Cleaning out a loved one’s home after they die is most often an unpleasant task that many people put off doing for months. The emotional toll that grief takes may leave you feeling unable to face the physical challenge of sifting through your loved one’s belongings. When you clean out a loved one’s home after their death, you are literally and metaphorically making space for healing to begin. This is an essential part of the grieving process, and it doesn’t have to be an overwhelming undertaking.
- Ask for help.
Clearing out a loved one’s possessions, especially if they owned a lot of things, can be a time-consuming and physically draining task. Ask close friends and family members for help. There’s no need to tackle such a daunting job alone.
- Set a deadline.
Try giving yourself a reasonable timeline to finish clearing out your loved one’s things. This is especially helpful if you find yourself repeatedly putting it off.
- Make a list.
If you’re cleaning out an entire home, start with handling just a single room or closet. Give yourself plenty of time to neaten each area before moving onto the next.
- Divide items into categories.
As you clean, it’s helpful to label each item something like: keep, sell, toss, or donate. Having a practical approach to cleaning can help you be more objective and come to decisions faster as you go.
- Be diplomatic with special physical remembrances.
As you clean, remember to be kind to yourself. Hold onto the items you think you may wish to keep. Some people tend to throw away their loved ones’ things out of frustration or sadness only to discover later that they wish they had kept them.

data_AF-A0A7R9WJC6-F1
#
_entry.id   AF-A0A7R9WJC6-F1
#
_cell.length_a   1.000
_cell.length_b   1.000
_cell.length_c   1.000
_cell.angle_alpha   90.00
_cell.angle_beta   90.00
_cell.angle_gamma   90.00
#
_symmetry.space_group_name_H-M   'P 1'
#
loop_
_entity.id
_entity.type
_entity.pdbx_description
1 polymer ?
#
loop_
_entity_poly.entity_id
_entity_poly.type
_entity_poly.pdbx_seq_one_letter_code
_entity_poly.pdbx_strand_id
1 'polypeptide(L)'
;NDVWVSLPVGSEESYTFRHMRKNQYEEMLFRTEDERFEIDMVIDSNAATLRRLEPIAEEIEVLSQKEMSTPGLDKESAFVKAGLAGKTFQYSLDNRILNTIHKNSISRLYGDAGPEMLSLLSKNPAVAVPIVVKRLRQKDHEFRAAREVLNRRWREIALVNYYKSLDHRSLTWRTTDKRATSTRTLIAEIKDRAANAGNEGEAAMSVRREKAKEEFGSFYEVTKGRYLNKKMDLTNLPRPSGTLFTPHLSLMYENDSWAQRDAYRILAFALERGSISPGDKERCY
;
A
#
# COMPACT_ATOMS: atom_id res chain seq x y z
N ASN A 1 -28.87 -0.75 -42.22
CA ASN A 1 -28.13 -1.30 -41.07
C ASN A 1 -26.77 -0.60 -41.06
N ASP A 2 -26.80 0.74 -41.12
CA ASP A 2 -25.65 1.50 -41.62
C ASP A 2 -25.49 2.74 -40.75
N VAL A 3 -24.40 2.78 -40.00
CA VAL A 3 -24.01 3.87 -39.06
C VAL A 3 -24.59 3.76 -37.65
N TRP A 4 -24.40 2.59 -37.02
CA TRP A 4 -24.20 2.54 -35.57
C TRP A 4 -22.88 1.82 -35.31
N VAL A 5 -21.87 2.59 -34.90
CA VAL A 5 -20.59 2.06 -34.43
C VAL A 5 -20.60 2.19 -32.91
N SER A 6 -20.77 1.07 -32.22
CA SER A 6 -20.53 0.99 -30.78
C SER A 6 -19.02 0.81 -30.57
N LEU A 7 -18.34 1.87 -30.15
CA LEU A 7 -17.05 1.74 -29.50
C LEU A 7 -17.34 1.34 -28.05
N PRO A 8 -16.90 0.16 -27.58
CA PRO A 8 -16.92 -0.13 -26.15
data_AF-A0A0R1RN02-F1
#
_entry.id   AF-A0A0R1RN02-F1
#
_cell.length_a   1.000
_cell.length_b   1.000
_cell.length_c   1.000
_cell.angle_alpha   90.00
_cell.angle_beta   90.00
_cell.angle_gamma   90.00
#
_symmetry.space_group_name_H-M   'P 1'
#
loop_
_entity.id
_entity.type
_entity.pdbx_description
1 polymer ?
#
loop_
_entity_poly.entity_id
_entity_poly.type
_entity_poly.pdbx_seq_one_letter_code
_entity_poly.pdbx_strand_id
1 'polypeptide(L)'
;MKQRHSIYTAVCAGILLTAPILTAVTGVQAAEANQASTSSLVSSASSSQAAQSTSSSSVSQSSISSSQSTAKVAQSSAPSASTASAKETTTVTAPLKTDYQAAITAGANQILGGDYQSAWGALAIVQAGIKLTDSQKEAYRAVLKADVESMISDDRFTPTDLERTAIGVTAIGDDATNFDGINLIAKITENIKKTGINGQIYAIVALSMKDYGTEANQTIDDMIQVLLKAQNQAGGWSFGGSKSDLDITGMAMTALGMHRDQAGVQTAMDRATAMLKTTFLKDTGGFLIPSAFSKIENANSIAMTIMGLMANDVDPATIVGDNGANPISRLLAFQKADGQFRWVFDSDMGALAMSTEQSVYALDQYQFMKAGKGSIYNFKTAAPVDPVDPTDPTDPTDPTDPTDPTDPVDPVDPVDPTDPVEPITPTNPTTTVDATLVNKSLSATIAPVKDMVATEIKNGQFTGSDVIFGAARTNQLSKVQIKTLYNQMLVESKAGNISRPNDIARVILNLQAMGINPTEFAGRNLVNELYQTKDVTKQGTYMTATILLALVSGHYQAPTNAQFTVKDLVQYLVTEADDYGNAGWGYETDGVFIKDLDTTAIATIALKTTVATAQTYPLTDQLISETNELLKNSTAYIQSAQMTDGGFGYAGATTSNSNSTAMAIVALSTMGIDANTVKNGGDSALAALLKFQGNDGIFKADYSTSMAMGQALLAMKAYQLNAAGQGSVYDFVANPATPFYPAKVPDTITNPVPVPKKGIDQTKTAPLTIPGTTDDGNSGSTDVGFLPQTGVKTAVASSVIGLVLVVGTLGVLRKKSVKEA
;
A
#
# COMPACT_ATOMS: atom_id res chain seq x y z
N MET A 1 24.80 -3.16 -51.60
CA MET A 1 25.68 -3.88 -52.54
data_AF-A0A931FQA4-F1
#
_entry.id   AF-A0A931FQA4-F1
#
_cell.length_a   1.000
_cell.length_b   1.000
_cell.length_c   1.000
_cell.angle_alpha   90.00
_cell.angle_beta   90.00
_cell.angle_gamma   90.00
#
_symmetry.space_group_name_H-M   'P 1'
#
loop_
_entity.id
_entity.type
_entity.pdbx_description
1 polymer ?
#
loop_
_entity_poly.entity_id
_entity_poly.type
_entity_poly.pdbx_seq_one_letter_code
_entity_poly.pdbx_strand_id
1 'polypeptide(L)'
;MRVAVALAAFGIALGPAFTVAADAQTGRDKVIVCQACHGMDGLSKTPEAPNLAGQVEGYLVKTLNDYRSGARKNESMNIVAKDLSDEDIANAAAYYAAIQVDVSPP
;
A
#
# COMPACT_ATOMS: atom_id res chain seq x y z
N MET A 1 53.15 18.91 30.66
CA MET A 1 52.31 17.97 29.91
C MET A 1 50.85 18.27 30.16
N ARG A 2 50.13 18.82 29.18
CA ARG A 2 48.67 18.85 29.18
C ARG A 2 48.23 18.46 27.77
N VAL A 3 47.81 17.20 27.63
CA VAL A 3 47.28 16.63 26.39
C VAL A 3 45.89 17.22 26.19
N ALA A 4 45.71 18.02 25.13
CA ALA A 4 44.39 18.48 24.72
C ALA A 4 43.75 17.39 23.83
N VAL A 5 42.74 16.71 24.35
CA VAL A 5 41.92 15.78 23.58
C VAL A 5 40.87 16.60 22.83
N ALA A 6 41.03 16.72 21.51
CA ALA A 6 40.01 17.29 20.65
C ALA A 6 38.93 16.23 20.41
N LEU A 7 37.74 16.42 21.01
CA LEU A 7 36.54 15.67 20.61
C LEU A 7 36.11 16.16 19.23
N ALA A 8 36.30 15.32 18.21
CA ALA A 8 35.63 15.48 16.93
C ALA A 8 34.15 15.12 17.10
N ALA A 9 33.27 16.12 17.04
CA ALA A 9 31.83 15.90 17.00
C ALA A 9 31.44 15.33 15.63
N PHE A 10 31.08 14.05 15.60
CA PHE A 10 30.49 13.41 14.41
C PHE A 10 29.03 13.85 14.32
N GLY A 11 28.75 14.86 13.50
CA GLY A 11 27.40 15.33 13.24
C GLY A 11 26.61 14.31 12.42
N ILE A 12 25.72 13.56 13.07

- Get your camera ready.
Studies show that taking a photo of an item that holds sentimental value may help
you more easily let it go. As you purge your loved one’s belongings, get out your smartphone and snap a pic of any and everything you wish to capture.
- Check in with close relatives about certain items.
Just because you may not wish to keep something that belonged to your loved one, someone else you know might. While you’re cleaning, if you come across something you think may hold sentimental value, set it aside for a family member who might appreciate having it.
- Let yourself express emotion.
Going through a loved one’s things and cleaning up their space after they’re gone is an emotional experience. As you go, let yourself cry and express your feelings however you see fit.
- Take a break when you need to.
If you’re feeling overwhelmed, let yourself take a break from cleaning. Step outside for a walk or grab some lunch then return to the job later once you feel calmer.
- Do something special once you’re done.
Perform a ritual to mark the completion of your cleaning and to promote a sort of closure to the event. This can be as simple as playing your loved one’s favorite song or lighting a scented candle in their honor.